It’s that time of year again when ‘Pomp and Circumstance’ rings throughout college campuses and new college graduates scramble to find jobs in their selective career fields. As job searches become even more reliant on online methods, the risk for identity theft increases substantially.
We all know the feeling. You have just found the perfect new car, in your price range, with all the features on your wish list. However, the day is just beginning as the next few hours will be spent negotiating with the dealership and signing dozens of documents to complete the financing and transaction.
The IRS recently announced cyber criminals were able to steal information from over 100,000 Americans’ tax returns. The thieves created phony returns and stole refunds by completing a multiple-factor authentication process including private data and non-identity information (e.g. social websites). As information-based crimes are on the rise, it is important to understand where criminals are retrieving this information. Below are five probable ways criminals obtained sensitive information:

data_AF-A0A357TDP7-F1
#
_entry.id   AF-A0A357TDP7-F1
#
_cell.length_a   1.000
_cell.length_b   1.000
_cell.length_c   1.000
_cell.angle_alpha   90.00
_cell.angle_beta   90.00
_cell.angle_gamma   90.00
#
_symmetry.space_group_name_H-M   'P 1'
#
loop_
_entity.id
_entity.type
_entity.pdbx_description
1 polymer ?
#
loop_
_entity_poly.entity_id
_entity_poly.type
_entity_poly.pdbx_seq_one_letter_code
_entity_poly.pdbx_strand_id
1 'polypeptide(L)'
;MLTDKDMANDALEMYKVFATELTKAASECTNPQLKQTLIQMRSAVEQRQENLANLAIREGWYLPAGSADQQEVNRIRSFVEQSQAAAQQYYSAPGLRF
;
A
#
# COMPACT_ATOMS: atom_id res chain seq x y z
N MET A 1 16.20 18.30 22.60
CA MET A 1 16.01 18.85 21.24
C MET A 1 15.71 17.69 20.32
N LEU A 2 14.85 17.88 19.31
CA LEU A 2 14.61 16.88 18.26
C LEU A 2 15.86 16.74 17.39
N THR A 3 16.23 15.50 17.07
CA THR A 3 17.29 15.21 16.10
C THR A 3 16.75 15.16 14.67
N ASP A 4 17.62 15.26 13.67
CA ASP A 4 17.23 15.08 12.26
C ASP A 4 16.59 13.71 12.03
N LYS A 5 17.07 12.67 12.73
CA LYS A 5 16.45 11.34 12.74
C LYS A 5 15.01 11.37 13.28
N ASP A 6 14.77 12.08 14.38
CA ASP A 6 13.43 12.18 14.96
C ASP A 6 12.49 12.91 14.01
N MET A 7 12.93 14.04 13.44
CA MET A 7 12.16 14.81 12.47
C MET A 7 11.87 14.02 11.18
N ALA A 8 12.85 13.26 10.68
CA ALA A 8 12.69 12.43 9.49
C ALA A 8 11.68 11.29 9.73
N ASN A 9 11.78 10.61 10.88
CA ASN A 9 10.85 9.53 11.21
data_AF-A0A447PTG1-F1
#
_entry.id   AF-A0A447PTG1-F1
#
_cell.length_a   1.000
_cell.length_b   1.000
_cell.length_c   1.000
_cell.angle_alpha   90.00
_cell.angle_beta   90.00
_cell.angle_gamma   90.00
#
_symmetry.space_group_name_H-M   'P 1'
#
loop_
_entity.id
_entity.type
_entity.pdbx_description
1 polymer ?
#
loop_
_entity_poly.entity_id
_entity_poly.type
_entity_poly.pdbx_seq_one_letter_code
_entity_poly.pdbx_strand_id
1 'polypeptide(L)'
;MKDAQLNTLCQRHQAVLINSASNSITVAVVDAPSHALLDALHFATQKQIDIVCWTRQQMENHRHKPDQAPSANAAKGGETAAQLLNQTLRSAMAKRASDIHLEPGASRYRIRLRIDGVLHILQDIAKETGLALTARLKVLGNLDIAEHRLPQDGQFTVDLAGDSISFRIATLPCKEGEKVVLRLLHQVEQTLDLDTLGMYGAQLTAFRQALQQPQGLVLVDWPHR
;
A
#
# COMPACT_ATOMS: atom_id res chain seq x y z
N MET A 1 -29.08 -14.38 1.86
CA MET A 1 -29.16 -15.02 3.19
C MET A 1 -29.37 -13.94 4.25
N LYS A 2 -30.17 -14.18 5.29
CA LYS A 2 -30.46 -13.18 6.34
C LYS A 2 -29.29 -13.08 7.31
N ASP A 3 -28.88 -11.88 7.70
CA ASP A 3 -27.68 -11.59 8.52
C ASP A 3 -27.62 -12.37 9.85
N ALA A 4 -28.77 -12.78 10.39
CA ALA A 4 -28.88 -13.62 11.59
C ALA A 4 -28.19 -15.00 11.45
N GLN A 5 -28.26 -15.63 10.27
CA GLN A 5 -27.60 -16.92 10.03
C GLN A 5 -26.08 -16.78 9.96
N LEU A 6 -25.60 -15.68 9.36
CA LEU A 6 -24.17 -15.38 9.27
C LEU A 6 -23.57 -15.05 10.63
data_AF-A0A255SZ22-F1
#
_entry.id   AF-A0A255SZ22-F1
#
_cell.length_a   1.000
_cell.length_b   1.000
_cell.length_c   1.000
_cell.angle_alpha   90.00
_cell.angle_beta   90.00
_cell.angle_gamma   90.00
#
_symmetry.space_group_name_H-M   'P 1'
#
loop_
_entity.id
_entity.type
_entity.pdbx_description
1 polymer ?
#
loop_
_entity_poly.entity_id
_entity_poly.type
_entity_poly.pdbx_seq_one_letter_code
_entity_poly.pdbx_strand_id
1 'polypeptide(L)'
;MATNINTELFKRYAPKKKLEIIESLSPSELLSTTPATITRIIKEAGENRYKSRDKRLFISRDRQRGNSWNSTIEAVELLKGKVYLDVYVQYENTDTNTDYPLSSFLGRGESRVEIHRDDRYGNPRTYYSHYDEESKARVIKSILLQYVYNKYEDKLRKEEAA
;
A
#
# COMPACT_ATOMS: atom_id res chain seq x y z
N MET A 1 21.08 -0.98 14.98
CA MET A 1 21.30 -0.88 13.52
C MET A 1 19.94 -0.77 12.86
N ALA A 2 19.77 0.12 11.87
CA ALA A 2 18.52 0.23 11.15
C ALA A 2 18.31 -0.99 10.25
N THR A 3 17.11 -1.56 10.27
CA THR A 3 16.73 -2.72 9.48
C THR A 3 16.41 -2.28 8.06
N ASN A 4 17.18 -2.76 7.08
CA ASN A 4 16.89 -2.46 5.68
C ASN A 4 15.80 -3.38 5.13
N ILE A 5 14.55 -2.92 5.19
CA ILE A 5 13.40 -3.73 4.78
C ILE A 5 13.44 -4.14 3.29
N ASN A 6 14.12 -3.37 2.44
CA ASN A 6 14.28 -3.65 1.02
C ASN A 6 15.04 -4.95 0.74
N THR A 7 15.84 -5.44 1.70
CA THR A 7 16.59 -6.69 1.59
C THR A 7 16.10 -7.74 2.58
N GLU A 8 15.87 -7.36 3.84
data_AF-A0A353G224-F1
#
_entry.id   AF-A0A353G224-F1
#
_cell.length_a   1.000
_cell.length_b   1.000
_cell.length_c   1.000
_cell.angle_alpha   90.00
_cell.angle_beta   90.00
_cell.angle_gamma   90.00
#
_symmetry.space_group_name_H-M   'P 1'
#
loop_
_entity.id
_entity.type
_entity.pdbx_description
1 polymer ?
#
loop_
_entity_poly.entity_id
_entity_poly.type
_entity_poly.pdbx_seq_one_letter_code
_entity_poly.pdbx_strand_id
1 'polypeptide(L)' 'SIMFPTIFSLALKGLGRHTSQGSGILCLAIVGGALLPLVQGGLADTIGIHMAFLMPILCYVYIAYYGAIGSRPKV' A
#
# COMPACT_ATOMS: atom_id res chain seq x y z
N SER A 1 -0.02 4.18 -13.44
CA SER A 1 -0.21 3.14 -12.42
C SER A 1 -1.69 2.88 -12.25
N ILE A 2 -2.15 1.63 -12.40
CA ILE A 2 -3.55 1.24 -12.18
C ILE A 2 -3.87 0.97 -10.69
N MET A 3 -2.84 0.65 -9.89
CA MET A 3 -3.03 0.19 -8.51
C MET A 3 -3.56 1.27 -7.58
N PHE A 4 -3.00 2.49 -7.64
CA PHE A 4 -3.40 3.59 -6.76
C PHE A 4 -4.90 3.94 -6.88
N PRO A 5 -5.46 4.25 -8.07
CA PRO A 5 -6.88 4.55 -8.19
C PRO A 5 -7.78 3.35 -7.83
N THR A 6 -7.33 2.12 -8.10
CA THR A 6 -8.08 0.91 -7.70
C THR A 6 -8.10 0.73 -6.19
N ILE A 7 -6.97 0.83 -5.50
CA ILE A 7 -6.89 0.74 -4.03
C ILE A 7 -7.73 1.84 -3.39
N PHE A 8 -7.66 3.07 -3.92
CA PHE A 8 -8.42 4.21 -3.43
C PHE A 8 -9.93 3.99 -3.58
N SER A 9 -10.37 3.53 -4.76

When it comes to privacy protection, 2014 was a year of contradiction. The number of data breaches in the United States hit a record 783 – up more than 27 percent from the previous year – while 3 percent fewer individuals were victimized by identity fraud during the same period of time.
Many busy people have turned to online shopping to quickly check items off their holiday “To Do” list. Be sure to take the necessary precautions to protect your personal information from savvy online fraudsters by only shopping on secure websites.
Javelin Strategy and Research, the primary source for research on identity theft statistics, recently published their 2013 report stating that there were over a million more victims of identity theft in 2012 than in 2011. This means that 12.6 million Americans in the U.S. became victims last year, resulting in more than $21,000,000,000 in damages.